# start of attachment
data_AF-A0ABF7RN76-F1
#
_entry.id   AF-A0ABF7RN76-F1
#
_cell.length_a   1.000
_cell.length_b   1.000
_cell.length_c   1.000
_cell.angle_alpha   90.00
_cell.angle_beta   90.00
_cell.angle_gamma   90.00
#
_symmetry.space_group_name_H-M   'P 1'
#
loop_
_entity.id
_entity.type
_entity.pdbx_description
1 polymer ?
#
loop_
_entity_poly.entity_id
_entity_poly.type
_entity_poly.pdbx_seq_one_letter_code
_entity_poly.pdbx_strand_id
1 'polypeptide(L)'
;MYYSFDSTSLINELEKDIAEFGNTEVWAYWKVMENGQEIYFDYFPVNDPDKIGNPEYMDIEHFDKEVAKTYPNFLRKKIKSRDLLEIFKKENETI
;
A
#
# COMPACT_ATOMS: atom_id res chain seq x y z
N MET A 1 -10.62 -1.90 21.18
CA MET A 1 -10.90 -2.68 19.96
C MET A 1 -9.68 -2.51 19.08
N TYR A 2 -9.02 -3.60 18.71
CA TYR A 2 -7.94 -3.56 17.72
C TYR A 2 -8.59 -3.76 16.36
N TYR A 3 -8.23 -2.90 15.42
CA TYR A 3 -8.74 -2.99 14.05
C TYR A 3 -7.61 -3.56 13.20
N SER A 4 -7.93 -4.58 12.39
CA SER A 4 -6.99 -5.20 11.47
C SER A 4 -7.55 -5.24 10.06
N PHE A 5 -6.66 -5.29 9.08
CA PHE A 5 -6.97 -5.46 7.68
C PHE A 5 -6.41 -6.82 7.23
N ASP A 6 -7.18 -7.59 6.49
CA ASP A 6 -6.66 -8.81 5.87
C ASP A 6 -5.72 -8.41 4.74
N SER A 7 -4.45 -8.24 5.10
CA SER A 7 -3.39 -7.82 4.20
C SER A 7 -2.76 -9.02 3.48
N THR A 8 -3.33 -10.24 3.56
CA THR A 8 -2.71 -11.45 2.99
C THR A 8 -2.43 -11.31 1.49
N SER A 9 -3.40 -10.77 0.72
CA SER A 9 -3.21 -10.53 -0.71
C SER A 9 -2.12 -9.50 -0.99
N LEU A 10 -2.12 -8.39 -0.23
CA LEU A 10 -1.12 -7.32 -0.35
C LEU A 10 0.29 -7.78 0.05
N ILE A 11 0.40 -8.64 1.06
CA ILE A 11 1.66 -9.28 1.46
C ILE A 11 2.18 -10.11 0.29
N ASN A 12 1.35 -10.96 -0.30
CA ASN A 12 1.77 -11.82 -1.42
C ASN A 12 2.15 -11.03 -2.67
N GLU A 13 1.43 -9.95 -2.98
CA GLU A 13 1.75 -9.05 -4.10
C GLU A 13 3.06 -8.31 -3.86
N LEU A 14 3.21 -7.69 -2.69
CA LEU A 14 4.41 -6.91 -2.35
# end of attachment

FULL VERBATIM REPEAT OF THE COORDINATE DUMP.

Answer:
data_AF-A0ABF7RN76-F1
#
_entry.id   AF-A0ABF7RN76-F1
#
_cell.length_a   1.000
_cell.length_b   1.000
_cell.length_c   1.000
_cell.angle_alpha   90.00
_cell.angle_beta   90.00
_cell.angle_gamma   90.00
#
_symmetry.space_group_name_H-M   'P 1'
#
loop_
_entity.id
_entity.type
_entity.pdbx_description
1 polymer ?
#
loop_
_entity_poly.entity_id
_entity_poly.type
_entity_poly.pdbx_seq_one_letter_code
_entity_poly.pdbx_strand_id
1 'polypeptide(L)'
;MYYSFDSTSLINELEKDIAEFGNTEVWAYWKVMENGQEIYFDYFPVNDPDKIGNPEYMDIEHFDKEVAKTYPNFLRKKIKSRDLLEIFKKENETI
;
A
#
# COMPACT_ATOMS: atom_id res chain seq x y z
N MET A 1 -10.62 -1.90 21.18
CA MET A 1 -10.90 -2.68 19.96
C MET A 1 -9.68 -2.51 19.08
N TYR A 2 -9.02 -3.60 18.71
CA TYR A 2 -7.94 -3.56 17.72
C TYR A 2 -8.59 -3.76 16.36
N TYR A 3 -8.23 -2.90 15.42
CA TYR A 3 -8.74 -2.99 14.05
C TYR A 3 -7.61 -3.56 13.20
N SER A 4 -7.93 -4.58 12.39
CA SER A 4 -6.99 -5.20 11.47
C SER A 4 -7.55 -5.24 10.06
N PHE A 5 -6.66 -5.29 9.08
CA PHE A 5 -6.97 -5.46 7.68
C PHE A 5 -6.41 -6.82 7.23
N ASP A 6 -7.18 -7.59 6.49
CA ASP A 6 -6.66 -8.81 5.87
C ASP A 6 -5.72 -8.41 4.74
N SER A 7 -4.45 -8.24 5.10
CA SER A 7 -3.39 -7.82 4.20
C SER A 7 -2.76 -9.02 3.48
N THR A 8 -3.33 -10.24 3.56
CA THR A 8 -2.71 -11.45 2.99
C THR A 8 -2.43 -11.31 1.49
N SER A 9 -3.40 -10.77 0.72
CA SER A 9 -3.21 -10.53 -0.71
C SER A 9 -2.12 -9.50 -0.99
N LEU A 10 -2.12 -8.39 -0.23
CA LEU A 10 -1.12 -7.32 -0.35
C LEU A 10 0.29 -7.78 0.05
N ILE A 11 0.40 -8.64 1.06
CA ILE A 11 1.66 -9.28 1.46
C ILE A 11 2.18 -10.11 0.29
N ASN A 12 1.35 -10.96 -0.30
CA ASN A 12 1.77 -11.82 -1.42
C ASN A 12 2.15 -11.03 -2.67
N GLU A 13 1.43 -9.95 -2.98
CA GLU A 13 1.75 -9.05 -4.10
C GLU A 13 3.06 -8.31 -3.86
N LEU A 14 3.21 -7.69 -2.69
CA LEU A 14 4.41 -6.91 -2.35